Men who took high doses of vitamin B6 and B12 supplements had a higher risk of lung cancer, and the association was highest among current smokers, according to a study published Tuesday.
The study found a 30% to 40% increased risk of lung cancer among men taking these vitamins from individual supplements -- not from multivitamins or diet alone. But the effect seemed to be driven by current smokers who far exceeded the recommended daily amounts of the vitamins, according to study author Theodore Brasky, an epidemiologist in the division of cancer prevention and control at the Ohio State University College of Medicine.
"I think these results point to a synergism" between high-dose B vitamins, smoking and lung cancer risk among men, Brasky said.
Current male smokers taking the highest levels of vitamin B6 had triple the risk of lung cancer over six years, compared with those who didn't take supplements. For vitamin B12, that risk nearly quadrupled. These levels were more than 11 times the recommended daily amount of B6 and 23 times that of B12.
"If you look at B-vitamin supplement bottles ... they are anywhere between 50-fold the US recommended dietary allowance (to) upward of 2,100-fold," Brasky said. B12 injections have also become "in vogue" in recent years, he said.
In smaller quantities, these vitamins are involved in several vital processes in the body, including DNA replication. But many high-dose supplements, he said, claim to boost energy and provide other unproven benefits.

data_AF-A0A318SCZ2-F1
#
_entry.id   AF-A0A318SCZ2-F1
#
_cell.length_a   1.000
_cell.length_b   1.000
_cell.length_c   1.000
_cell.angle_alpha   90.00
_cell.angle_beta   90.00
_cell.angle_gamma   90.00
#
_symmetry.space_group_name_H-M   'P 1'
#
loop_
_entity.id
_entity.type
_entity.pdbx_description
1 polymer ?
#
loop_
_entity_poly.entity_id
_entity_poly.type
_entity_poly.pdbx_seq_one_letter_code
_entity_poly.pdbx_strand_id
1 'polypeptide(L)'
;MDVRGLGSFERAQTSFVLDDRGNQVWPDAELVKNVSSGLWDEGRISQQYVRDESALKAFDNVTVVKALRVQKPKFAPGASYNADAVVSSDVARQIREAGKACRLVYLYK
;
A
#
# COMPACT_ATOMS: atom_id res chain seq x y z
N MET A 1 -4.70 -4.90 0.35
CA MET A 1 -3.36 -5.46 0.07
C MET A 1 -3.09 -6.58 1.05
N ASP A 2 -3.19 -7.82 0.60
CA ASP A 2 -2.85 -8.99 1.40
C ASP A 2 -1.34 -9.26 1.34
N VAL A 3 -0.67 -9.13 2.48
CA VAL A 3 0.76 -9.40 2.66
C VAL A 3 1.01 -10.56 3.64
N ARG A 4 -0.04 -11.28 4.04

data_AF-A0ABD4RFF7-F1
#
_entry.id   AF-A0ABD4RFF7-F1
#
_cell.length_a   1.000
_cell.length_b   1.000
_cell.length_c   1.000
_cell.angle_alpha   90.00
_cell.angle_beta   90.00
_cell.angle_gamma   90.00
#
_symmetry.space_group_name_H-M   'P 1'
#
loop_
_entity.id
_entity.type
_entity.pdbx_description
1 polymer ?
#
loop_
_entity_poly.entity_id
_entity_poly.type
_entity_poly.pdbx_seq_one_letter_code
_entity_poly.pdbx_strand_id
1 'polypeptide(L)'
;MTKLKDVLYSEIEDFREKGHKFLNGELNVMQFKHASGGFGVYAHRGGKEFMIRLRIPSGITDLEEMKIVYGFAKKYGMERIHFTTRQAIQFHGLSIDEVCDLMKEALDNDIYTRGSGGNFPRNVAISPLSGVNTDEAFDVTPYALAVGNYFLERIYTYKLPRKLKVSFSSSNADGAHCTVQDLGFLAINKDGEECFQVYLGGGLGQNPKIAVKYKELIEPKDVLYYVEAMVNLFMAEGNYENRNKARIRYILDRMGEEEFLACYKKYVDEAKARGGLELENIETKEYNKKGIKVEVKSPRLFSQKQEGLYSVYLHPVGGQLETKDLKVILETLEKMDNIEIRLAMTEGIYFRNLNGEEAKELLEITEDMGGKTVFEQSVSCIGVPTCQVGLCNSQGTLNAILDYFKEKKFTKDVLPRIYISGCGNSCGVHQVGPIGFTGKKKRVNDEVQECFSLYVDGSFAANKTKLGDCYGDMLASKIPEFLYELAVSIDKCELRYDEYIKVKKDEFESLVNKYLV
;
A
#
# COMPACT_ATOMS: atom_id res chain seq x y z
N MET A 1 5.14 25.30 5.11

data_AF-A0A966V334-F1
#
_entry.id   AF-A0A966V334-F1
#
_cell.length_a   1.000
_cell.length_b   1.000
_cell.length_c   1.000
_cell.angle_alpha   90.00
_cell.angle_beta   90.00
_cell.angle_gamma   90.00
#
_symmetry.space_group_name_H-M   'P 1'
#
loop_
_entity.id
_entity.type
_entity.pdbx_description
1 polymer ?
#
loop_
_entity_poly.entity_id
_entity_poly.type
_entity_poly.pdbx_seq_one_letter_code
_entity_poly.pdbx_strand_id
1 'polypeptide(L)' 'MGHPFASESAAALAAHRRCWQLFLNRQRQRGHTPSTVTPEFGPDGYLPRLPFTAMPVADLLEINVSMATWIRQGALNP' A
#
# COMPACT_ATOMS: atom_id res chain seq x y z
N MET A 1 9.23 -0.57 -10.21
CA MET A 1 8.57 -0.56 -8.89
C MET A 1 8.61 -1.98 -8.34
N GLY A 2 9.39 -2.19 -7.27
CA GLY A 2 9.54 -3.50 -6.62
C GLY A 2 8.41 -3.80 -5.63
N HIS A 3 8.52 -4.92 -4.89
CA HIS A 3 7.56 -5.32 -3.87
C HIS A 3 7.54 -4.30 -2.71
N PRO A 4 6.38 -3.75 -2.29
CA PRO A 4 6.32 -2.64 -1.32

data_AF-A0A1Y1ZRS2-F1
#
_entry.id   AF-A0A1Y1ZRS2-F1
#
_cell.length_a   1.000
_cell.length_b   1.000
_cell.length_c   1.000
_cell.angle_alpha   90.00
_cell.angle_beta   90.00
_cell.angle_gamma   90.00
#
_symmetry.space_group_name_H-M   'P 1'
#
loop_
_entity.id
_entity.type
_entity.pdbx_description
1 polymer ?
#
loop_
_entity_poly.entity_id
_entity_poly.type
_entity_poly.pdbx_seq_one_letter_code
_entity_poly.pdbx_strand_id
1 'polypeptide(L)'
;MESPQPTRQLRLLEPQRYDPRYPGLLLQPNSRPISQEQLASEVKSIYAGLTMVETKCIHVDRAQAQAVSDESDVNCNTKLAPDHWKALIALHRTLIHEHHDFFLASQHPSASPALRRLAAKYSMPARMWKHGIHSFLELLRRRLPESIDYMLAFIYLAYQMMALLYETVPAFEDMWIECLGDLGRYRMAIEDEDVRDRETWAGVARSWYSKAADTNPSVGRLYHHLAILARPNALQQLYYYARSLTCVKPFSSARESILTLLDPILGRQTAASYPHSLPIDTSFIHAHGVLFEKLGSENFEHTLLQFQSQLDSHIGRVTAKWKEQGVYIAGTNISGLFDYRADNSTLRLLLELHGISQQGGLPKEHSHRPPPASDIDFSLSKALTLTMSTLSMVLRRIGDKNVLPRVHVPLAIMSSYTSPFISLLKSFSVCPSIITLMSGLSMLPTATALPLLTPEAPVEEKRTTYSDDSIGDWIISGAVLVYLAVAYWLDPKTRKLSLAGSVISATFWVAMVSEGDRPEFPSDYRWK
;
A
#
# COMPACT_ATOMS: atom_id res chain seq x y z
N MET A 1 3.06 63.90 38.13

"That's marketing. That's not science," he said.
The study was limited to roughly 77,000 Washington state adults, ages 50 to 76. This included 139 cases of lung cancer among more than 3,200 current male smokers. Over 93% of participants were white.
There were too few cases of lung cancer among nonsmokers to include them in the full analysis. An increased risk of lung cancer was not seen among women or with the vitamin B9, also known as folate.
Other researchers have found different results. Some studies linked vitamin B6 with lower lung cancer risk, and another found that B12 had no impact on risk. The authors of the new study said that the discrepancy could be because some of these studies measure B vitamins in the blood and not through dietary surveys, like they did. Or it may be that lung cancer itself raises levels of these vitamins in the body.
"I think it's hard to say" why these studies contradict each other, said Elizabeth Kantor, an epidemiologist at Memorial Sloan Kettering Cancer Center who has studied dietary supplements and cancer risk. She was not involved in the latest research. "Is it the disease process that affects the blood levels? I think that the door remains open on that."
A focus on B vitamins may not be the most effective way to protect against lung cancer, experts warn.
"Combustible tobacco smoke is the No. 1 most important factor, not just only in lung cancer but in many cancers," Brasky said.
Cigarette smoking is a factor in 80% to 90% of lung cancers in the United States, according to the US Centers for Disease Control and Prevention. Smokers are 15 to 30 times more likely to get lung cancer or die from it than nonsmokers. Lung cancer kills more Americans than any other kind of cancer.